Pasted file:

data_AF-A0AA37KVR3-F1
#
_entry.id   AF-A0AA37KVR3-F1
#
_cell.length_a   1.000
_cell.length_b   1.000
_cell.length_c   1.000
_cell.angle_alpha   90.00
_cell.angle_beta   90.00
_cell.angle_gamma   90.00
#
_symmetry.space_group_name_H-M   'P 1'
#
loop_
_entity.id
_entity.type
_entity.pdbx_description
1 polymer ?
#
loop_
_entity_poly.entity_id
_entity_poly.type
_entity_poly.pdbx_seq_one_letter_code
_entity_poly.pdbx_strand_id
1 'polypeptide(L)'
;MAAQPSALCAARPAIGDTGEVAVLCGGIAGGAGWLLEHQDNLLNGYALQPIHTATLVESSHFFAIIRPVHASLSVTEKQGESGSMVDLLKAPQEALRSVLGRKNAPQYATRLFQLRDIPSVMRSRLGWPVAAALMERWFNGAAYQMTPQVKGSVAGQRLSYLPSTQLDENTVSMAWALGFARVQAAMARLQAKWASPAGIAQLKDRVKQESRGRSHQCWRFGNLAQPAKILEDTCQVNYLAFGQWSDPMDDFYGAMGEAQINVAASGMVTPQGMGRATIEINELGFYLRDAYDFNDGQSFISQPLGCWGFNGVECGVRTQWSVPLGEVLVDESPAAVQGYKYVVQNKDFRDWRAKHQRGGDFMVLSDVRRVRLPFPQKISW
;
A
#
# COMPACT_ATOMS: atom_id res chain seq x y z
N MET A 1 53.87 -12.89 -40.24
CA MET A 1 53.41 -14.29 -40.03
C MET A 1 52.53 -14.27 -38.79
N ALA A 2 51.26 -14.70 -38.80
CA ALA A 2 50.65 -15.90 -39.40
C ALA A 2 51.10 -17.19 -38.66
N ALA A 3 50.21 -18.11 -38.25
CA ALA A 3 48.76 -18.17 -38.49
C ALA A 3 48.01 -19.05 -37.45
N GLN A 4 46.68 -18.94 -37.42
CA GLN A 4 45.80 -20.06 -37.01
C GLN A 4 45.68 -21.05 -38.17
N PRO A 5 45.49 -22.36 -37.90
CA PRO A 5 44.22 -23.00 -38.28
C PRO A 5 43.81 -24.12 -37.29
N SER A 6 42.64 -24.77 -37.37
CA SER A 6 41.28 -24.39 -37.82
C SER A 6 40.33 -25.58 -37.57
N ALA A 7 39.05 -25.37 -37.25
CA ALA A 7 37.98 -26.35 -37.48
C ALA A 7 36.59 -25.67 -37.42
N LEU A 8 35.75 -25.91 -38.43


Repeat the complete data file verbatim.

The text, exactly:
data_AF-A0AA37KVR3-F1
#
_entry.id   AF-A0AA37KVR3-F1
#
_cell.length_a   1.000
_cell.length_b   1.000
_cell.length_c   1.000
_cell.angle_alpha   90.00
_cell.angle_beta   90.00
_cell.angle_gamma   90.00
#
_symmetry.space_group_name_H-M   'P 1'
#
loop_
_entity.id
_entity.type
_entity.pdbx_description
1 polymer ?
#
loop_
_entity_poly.entity_id
_entity_poly.type
_entity_poly.pdbx_seq_one_letter_code
_entity_poly.pdbx_strand_id
1 'polypeptide(L)'
;MAAQPSALCAARPAIGDTGEVAVLCGGIAGGAGWLLEHQDNLLNGYALQPIHTATLVESSHFFAIIRPVHASLSVTEKQGESGSMVDLLKAPQEALRSVLGRKNAPQYATRLFQLRDIPSVMRSRLGWPVAAALMERWFNGAAYQMTPQVKGSVAGQRLSYLPSTQLDENTVSMAWALGFARVQAAMARLQAKWASPAGIAQLKDRVKQESRGRSHQCWRFGNLAQPAKILEDTCQVNYLAFGQWSDPMDDFYGAMGEAQINVAASGMVTPQGMGRATIEINELGFYLRDAYDFNDGQSFISQPLGCWGFNGVECGVRTQWSVPLGEVLVDESPAAVQGYKYVVQNKDFRDWRAKHQRGGDFMVLSDVRRVRLPFPQKISW
;
A
#
# COMPACT_ATOMS: atom_id res chain seq x y z
N MET A 1 53.87 -12.89 -40.24
CA MET A 1 53.41 -14.29 -40.03
C MET A 1 52.53 -14.27 -38.79
N ALA A 2 51.26 -14.70 -38.80
CA ALA A 2 50.65 -15.90 -39.40
C ALA A 2 51.10 -17.19 -38.66
N ALA A 3 50.21 -18.11 -38.25
CA ALA A 3 48.76 -18.17 -38.49
C ALA A 3 48.01 -19.05 -37.45
N GLN A 4 46.68 -18.94 -37.42
CA GLN A 4 45.80 -20.06 -37.01
C GLN A 4 45.68 -21.05 -38.17
N PRO A 5 45.49 -22.36 -37.90
CA PRO A 5 44.22 -23.00 -38.28
C PRO A 5 43.81 -24.12 -37.29
N SER A 6 42.64 -24.77 -37.37
CA SER A 6 41.28 -24.39 -37.82
C SER A 6 40.33 -25.58 -37.57
N ALA A 7 39.05 -25.37 -37.25
CA ALA A 7 37.98 -26.35 -37.48
C ALA A 7 36.59 -25.67 -37.42
N LEU A 8 35.75 -25.91 -38.43